CHICAGO -- By the time Microsoft's Windows 7 support expires in 2020, the face of computing may have changed so much that the large-scale Windows desktop migration may be a thing of the past.
Windows 7 is going to be the last time we roll out a mainstream desktop OS.
lead technical consultant, Atlantis Consulting Inc.
Tablet PCs, smartphones and overall changes in work habits have reduced end users' reliance on desktops and laptops, and some organizations have been able to significantly lengthen their PC refresh cycles.
"We can get away with not doing another desktop rollout for the next eight years," said Jim Moyle, lead technical consultant for Atlantis Computing Inc., a London-based desktop virtualization software and solutions provider, during BriForum 2012 here this week.
Most organizations are just now upgrading to Windows 7 and won't rush to upgrade to Windows 8, especially given the questions around its touchscreen support and Metro interface. Plus, Microsoft will support Windows 7 until at least 2020.
"Among the most of us, Windows 7 is going to be the last time we roll out a mainstream desktop OS," Moyle added.
Microsoft released Windows 7 in 2009, but as of November 2011, just 38% of organizations had upgraded, according to TechTarget's 2012 Windows Purchasing Intentions Survey. Of those that hadn't upgraded, 45% were in the process of doing so, but nearly 36% planned to wait at least six months.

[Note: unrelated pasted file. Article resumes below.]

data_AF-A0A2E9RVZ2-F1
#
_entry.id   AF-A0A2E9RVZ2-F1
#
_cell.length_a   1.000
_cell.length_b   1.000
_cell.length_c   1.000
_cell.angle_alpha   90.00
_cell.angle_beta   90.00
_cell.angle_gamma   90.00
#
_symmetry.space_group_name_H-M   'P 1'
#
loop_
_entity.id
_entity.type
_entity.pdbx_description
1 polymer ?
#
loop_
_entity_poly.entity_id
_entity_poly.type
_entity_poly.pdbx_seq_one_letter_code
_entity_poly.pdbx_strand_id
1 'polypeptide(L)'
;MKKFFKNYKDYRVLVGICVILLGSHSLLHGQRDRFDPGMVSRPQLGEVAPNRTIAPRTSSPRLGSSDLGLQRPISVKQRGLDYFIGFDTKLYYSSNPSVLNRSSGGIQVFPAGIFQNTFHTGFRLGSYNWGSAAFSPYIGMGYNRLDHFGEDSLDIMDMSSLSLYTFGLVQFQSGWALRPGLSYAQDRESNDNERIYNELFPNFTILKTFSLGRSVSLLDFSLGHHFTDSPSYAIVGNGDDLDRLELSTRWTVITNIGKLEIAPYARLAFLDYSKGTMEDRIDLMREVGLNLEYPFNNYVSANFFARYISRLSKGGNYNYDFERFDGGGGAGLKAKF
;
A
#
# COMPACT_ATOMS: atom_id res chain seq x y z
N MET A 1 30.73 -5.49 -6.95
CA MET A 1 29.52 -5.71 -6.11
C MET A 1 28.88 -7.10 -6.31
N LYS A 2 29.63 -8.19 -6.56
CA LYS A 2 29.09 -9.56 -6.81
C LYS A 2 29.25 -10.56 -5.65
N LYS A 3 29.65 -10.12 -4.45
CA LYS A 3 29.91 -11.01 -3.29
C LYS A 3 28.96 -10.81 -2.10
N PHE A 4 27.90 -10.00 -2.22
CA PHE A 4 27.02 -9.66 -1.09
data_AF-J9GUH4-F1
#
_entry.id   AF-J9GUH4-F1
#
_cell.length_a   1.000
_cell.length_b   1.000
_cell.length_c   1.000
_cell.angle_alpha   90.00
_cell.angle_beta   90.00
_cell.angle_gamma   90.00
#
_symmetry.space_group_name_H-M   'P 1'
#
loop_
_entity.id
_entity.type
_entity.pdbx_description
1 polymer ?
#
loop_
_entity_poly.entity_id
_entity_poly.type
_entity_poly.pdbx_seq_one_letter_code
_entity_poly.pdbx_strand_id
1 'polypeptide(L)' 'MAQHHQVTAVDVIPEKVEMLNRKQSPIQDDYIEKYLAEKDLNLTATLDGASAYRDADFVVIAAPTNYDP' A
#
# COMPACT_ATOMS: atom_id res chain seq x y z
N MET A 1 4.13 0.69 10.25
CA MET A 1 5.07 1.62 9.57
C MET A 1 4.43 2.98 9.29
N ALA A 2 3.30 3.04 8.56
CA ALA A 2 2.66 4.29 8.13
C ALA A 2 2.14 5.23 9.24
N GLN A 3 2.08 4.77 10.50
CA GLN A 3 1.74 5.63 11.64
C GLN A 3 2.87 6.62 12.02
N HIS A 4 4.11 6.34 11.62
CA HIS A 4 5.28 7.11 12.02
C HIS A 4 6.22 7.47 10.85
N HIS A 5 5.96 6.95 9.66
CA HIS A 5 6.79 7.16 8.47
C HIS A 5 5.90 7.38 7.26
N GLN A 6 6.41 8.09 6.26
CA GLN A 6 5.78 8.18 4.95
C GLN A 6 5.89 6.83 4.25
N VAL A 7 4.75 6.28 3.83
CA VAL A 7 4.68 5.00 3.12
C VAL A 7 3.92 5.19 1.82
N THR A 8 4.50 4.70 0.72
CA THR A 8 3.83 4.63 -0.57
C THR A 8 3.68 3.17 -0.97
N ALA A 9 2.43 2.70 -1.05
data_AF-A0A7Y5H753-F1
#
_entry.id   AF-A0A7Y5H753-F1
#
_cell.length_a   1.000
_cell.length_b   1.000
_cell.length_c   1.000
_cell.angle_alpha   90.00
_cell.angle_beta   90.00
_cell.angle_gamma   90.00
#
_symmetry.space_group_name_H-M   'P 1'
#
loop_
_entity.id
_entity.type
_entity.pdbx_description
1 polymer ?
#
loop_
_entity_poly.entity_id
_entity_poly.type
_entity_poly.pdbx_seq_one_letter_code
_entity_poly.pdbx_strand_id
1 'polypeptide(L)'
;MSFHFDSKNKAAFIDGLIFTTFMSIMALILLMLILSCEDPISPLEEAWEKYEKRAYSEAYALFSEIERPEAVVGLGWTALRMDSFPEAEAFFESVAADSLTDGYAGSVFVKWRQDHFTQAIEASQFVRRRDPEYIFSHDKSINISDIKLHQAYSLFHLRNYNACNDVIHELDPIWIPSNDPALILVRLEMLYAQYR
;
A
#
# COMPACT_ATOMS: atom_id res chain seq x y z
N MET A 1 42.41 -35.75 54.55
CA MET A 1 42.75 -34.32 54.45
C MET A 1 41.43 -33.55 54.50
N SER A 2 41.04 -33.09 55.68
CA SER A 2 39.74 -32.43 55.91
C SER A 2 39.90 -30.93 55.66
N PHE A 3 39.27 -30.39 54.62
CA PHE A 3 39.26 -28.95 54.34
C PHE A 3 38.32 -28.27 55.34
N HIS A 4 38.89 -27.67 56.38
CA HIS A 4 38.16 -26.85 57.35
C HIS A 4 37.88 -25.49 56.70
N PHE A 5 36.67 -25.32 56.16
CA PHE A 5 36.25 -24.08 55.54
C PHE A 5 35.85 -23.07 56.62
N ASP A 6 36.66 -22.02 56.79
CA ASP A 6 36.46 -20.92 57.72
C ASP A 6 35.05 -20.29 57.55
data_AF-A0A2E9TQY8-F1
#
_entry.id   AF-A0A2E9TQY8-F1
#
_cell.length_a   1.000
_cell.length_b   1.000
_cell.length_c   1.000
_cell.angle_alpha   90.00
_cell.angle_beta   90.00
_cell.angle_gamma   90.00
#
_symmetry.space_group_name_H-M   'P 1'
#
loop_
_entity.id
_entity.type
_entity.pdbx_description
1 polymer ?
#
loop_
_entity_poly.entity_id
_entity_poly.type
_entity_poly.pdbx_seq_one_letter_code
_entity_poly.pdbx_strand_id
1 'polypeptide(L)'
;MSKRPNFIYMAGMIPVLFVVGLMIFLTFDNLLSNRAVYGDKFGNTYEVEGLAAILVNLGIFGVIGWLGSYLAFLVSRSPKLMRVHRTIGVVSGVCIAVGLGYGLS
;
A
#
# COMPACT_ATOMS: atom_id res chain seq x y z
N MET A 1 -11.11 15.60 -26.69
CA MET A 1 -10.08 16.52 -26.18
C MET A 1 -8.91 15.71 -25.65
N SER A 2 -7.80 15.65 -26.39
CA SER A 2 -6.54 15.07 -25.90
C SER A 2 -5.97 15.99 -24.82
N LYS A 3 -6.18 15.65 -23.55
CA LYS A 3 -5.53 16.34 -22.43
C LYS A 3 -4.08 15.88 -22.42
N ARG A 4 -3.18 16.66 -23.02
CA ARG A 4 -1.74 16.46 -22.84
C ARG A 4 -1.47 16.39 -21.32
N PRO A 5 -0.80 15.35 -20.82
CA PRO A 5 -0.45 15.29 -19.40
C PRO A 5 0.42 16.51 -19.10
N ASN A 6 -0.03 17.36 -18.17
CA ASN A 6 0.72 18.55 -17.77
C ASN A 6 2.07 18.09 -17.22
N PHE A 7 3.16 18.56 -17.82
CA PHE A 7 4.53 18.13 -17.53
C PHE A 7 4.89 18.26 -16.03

Among all desktop operating systems in use among consumers and businesses, Windows XP still has a slight lead over Windows 7, 43.6% to 41.6%, according to NetMarketShare, which tracks OSes among Internet users. Windows XP debuted in 2001, and support doesn't end until 2014.
Say goodbye to PC refreshes, too?
Though mobile devices serve as convenient supplements to PC and laptop use, it's not a good strategy to view smartphones and tablets as replacements for PCs, said Brian Katz, director of mobile engineering at pharmaceutical company Sanofi, based in Bridgewater, N.J.
But, the use of these devices means PCs aren't relied on as much, so the hardware may last longer than ever. Katz said he knows of four major enterprises that have lengthened their PC-refresh cycles from two or three years to four or five years for that very reason.
"That's building your strategy correctly," he said.